Posted on Reply
#13
9700 Pro
AMD's process is stuck with the ~4GHz barrier. At least they have still something competive for a long time.
Posted on Reply
#14
cadaveca
My name is Dave
9700 Pro said:
My 7600K's paste was already dry when I delidded it after using 5 days.
That's not "dried out". That is how it is, every time. You see, there is no "drying out" of this paste because there is nothing to "dry"... yes, small bits of oil may separate, but this compound is designed so that wouldn't be that much of an issue. That's why it looks "dry"... because it is supposed to be. What's really cool is when you take these chips sub-zero and hear it literally "pop" off. :P

9700 Pro said:
AMD's process is stuck with the ~4GHz barrier. At least they have still something competive for a long time.
AMD isn't really competitive, but have only priced it so that the differences are something people are willing to accept. Remove cost from this, and AMD doesn't look that great. I mean, Ryzen is a huge improvement over past AMD CPU designs, there is no doubt, but that doesn't make them relevant... that's marketing's job.
Posted on Reply
#15
Agony
Folterknecht said:
For avg Joe it doesn't matter. If you are overclocking solder and liquid metal (when applied correctly) beat paste by a long shot.

Here you have thread with hundrets of examples for delided Intel CPUs (Ivybridge and onwards). including pictures. On some of these pictures you can clearly see that paste was drying out after only 1-2 year use ... you can imagine how this paste hinders OC.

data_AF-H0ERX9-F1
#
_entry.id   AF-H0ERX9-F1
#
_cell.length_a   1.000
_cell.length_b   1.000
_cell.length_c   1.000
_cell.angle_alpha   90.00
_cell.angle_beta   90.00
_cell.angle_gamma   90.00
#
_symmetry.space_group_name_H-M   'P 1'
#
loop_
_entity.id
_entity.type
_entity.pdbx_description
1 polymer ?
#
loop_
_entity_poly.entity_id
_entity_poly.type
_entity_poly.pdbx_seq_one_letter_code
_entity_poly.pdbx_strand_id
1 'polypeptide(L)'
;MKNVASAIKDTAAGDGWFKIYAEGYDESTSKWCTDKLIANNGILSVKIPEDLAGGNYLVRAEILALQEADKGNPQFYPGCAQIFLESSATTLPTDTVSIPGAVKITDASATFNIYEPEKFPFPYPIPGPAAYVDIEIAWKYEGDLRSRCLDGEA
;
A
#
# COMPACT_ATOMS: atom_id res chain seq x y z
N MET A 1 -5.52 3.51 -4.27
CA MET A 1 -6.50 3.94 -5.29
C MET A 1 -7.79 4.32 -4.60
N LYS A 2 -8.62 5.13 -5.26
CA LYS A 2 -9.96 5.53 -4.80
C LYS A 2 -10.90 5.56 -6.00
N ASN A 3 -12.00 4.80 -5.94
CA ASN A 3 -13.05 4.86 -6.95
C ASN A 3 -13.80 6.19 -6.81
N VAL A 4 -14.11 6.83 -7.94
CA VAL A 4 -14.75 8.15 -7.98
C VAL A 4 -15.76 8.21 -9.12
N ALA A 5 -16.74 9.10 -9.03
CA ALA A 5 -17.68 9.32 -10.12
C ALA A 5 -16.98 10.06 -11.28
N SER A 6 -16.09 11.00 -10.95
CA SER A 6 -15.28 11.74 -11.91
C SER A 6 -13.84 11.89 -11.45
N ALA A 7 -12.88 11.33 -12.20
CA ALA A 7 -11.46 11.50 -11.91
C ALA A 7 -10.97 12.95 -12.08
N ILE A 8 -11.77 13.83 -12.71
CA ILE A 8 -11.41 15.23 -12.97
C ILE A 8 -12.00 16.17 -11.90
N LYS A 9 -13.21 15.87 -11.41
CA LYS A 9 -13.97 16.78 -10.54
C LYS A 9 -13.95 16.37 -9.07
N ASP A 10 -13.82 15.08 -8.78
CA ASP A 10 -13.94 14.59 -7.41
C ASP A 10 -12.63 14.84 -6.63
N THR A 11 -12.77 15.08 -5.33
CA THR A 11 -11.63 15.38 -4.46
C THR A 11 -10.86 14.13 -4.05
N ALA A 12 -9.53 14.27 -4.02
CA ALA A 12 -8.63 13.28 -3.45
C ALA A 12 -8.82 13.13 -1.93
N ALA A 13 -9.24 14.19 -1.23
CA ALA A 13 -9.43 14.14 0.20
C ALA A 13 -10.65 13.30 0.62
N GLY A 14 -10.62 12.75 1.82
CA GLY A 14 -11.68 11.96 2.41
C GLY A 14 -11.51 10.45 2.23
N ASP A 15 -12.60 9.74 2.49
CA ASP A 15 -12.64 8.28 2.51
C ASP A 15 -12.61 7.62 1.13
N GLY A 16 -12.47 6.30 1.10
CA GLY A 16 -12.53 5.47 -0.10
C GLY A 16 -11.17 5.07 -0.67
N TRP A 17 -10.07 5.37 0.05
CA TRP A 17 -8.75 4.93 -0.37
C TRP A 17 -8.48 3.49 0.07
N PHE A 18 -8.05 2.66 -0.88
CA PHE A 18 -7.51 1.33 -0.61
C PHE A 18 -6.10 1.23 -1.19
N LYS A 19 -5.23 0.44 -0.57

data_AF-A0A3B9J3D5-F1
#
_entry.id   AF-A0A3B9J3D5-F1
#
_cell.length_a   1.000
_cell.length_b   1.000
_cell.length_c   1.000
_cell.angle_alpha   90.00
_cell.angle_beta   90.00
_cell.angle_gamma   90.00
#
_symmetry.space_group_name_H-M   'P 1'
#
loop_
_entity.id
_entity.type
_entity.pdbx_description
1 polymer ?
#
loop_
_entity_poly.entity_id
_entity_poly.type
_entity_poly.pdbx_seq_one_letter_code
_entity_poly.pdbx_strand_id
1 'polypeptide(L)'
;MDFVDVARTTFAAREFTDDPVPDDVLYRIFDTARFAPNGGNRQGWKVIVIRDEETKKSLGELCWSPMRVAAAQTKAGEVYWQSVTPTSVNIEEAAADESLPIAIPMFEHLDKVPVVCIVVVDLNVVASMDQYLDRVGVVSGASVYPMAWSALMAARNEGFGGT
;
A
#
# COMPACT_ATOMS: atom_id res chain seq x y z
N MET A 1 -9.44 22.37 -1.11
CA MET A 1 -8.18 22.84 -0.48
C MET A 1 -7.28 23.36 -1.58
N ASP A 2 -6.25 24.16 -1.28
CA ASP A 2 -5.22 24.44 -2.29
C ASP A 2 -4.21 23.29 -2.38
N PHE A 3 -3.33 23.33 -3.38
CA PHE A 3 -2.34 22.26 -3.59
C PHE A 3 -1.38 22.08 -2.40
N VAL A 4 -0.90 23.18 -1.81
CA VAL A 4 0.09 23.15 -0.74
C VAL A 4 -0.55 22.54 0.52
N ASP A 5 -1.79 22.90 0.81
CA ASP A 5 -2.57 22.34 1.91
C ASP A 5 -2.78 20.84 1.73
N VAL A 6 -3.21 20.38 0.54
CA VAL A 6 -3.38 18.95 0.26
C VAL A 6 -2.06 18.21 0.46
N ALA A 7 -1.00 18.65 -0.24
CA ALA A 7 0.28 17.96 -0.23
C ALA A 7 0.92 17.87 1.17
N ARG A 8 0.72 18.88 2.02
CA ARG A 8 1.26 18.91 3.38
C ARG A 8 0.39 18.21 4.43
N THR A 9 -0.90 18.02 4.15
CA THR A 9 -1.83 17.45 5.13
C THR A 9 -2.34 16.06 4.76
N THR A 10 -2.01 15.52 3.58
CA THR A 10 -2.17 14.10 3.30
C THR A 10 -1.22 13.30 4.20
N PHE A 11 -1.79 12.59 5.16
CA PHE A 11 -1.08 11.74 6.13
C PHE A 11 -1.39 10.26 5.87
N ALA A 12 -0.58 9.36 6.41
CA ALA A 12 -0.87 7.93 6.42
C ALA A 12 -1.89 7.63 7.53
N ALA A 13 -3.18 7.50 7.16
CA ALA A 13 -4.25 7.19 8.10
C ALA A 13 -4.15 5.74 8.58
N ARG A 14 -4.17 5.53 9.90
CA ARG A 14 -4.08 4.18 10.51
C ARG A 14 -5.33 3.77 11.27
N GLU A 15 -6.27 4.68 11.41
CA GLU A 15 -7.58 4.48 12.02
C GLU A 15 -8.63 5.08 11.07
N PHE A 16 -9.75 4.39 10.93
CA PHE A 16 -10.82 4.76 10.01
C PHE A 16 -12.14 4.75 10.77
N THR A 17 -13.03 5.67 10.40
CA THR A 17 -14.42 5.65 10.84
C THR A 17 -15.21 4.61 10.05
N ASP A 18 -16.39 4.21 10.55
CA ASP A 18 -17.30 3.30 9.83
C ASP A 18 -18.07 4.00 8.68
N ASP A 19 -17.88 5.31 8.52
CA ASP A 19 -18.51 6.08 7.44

thanks that's what I was looking for
Posted on Reply
#16
Jasmin Schmid
danbert2000 said:
Here, I think you missed this article I posted and we're all discussing. Maybe you want to actually read it this time. Why are you even bringing up electrical conductivity... The whole point is that cracking solder between the heatspreader and the processor will lead to hotspots on the processor and could kill it. I'd like to see you reflow the solder on a processor after the solder has begun to degrade.

http://overclocking.guide/the-truth-about-cpu-soldering/
You realize that the thermal cycles mentioned in the article are from -55°C to 125°C? Have you even read the article? How do such cycles translate to a normal user?
Micro cracks occur after about 200 to 300 thermal cycles. A thermal cycle is performed by going from -55 °C to 125 °C while each temperature is hold for 15 minutes.
Normal cycles are pretty certainly fine and Intel is just maximising profit.
Posted on Reply
#17
cadaveca
My name is Dave
Jasmin Schmid said:
You realize that the thermal cycles mentioned in the article are from -55°C to 125°C? Have you even read the article? How do such cycles translate to a normal user?
My CPUs usually see -120c to +100c on a regular basis. Such is the life of a PC enthusiast into running benchmarks (there are many of this type of user, but still a small-ish number compared to any other PC users). With these bigger CPUs, they pull so much power that you get cold cold, then load it up, and temps can go almost positive. Then maybe you get coldbug, and you need to heat up the pot until it boots, and often for me that is in the positive numbers, although I must digress, not 125C. That's other testing, usually on water.

It'll be interesting to see how these unreleased CPUs do when they get released compared to the X299 chips, for sure.